Last summer, the Capitals decided to fortify their blue line by signing free agent defenseman Taylor Chorney. That seemed like a wise move when Brooks Orpik suffered a lower body injury and sat out 40 games.
Before the NHL trade deadline in late February, the Caps decided they needed even more insurance on the back end and traded for veteran stay-at-home blue liner Mike Weber.
Just in case.
Now might be just-in-case time.
Midway through the second period of Monday night’s 6-1 rout of the Flyers in Game 3 of their first-round playoff series, Orpik was helped off the Wells Fargo Center ice after taking a big, clean hit by Flyers forward Ryan White. The right side of Orpik’s head hit the glass along the boards, jarring loose a metal stanchion.
Orpik fell to his knees and needed assistance from defense partner John Carlson and athletic trainer Greg Smith to get down the tunnel for evaluation. After the game Capitals coach Barry Trotz said he’ll know more about Orpik’s upper body injury after he is re-evaluated on Tuesday.
“We’ll just have to make it work,” Carlson said. “He’s been out, I’ve been out this season for extended periods of time, and the guys that stepped up are great hockey players. We’re all confident in them. I think our backbone of success this year has been people stepping up when guys go down. They’ve played awesome hockey for us and if that’s the case we’ll be looking for that.”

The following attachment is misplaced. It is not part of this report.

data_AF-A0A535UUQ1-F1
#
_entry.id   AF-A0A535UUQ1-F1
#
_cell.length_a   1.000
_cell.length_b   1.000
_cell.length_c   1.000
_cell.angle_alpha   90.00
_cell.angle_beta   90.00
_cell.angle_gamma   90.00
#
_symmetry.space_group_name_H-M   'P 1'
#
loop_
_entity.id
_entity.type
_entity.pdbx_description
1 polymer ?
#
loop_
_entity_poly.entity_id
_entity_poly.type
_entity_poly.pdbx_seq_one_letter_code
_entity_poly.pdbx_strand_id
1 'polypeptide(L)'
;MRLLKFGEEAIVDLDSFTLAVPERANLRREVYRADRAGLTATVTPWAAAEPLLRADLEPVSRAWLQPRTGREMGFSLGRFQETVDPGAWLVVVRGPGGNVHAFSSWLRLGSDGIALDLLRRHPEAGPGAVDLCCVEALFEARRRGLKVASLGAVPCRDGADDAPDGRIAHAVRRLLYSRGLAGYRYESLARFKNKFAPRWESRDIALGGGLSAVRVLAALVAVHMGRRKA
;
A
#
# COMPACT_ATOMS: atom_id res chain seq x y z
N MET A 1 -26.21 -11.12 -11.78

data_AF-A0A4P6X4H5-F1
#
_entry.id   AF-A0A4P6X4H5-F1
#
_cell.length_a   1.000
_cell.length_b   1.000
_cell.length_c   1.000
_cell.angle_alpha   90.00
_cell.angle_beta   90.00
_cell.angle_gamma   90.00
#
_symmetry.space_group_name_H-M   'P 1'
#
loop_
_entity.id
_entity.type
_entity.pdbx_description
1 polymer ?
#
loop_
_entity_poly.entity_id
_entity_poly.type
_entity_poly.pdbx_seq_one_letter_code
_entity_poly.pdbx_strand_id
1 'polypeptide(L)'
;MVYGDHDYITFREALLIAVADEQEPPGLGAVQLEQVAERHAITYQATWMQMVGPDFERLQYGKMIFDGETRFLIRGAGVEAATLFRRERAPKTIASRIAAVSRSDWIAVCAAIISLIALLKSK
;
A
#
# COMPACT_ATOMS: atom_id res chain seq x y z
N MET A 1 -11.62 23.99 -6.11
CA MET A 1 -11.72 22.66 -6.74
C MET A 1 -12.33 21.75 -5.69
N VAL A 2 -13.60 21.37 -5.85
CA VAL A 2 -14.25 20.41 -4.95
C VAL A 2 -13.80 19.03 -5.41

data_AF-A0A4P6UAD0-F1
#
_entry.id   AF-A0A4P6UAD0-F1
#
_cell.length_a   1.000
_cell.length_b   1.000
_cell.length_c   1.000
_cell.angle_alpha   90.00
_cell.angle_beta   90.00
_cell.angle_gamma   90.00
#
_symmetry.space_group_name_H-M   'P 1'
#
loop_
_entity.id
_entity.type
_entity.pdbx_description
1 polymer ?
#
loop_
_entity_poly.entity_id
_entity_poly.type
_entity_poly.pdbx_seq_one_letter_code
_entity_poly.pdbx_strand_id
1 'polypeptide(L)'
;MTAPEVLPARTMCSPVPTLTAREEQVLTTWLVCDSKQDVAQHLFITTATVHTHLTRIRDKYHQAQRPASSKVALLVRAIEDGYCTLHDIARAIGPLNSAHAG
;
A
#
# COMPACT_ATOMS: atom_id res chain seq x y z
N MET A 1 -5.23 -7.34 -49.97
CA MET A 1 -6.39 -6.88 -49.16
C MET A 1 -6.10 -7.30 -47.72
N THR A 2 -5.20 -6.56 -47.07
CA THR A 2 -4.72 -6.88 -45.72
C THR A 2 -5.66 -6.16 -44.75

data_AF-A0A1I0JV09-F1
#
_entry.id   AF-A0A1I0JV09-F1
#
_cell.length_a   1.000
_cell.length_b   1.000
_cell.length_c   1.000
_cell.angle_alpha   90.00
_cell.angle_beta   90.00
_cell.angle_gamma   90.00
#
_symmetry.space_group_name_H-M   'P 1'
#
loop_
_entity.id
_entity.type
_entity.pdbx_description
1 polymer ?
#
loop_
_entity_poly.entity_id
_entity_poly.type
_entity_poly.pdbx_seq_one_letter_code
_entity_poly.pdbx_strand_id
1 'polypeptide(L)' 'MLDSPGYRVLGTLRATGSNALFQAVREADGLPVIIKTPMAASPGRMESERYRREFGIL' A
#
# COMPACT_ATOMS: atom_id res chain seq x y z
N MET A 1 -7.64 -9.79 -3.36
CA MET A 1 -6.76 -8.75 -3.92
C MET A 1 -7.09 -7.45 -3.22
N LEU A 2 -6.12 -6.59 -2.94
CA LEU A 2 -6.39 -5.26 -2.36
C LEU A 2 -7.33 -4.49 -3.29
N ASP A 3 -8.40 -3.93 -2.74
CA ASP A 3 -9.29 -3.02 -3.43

In the 40 games Orpik missed this season while waiting for what he called a broken bone to heal, the Caps went 30-6-4. During much of that time, Nate Schmidt moved up onto a top pairing with John Carlson, while Chorney paired up with Dmitry Orlov.
That could be exactly what happens if Orpik is sidelined an extended period of time. Or, Caps defensive coach Todd Reirden could move Orlov onto a pairing with Carlson and use a third pairing of Schmidt and either Chorney or Weber.
Because of the physicality of Monday night’s game – the Flyers outhit the Caps 45-26 -- it seems more likely that the 6-foot-2, 212-pound Weber could make his Caps playoff debut in Game 4.
It was clear after Game 3 that the Caps were not happy with the Flyers’ tactics after falling behind by two goals in the third period, most notably Pierre-Edouard Bellemare’s check from behind on Orlov, which resulted in a five-minute major, game misconduct and automatic review by the NHL Department of Player Safety.
“We just tried to stay positive and play through it and save our lives,” Orlov said. “They hit from behind and into the boards. It’s not hockey.”
Trotz was upset with the way the game deteriorated in the third period, when the Flyers took eight penalties and allowed four power-play goals.
“We’re OK with the physical play,” Trotz said. “They’re much different team here in Philadelphia than they were in Washington. They came with everything. We’re OK. I think we’re a bigger team than them physically, but we’re more concerned about winning the series.”
Braden Holtby said he expects to see a more disciplined Flyers team in Game 4 on Wednesday night in Philadelphia.
“They’ll be desperate, obviously,” Holtrby said. “I’m sure that’s something they’ll focus on, not taking so many penalties. They’re an NHL team. They’re going to be composed and come out with the best effort to extend their season.”
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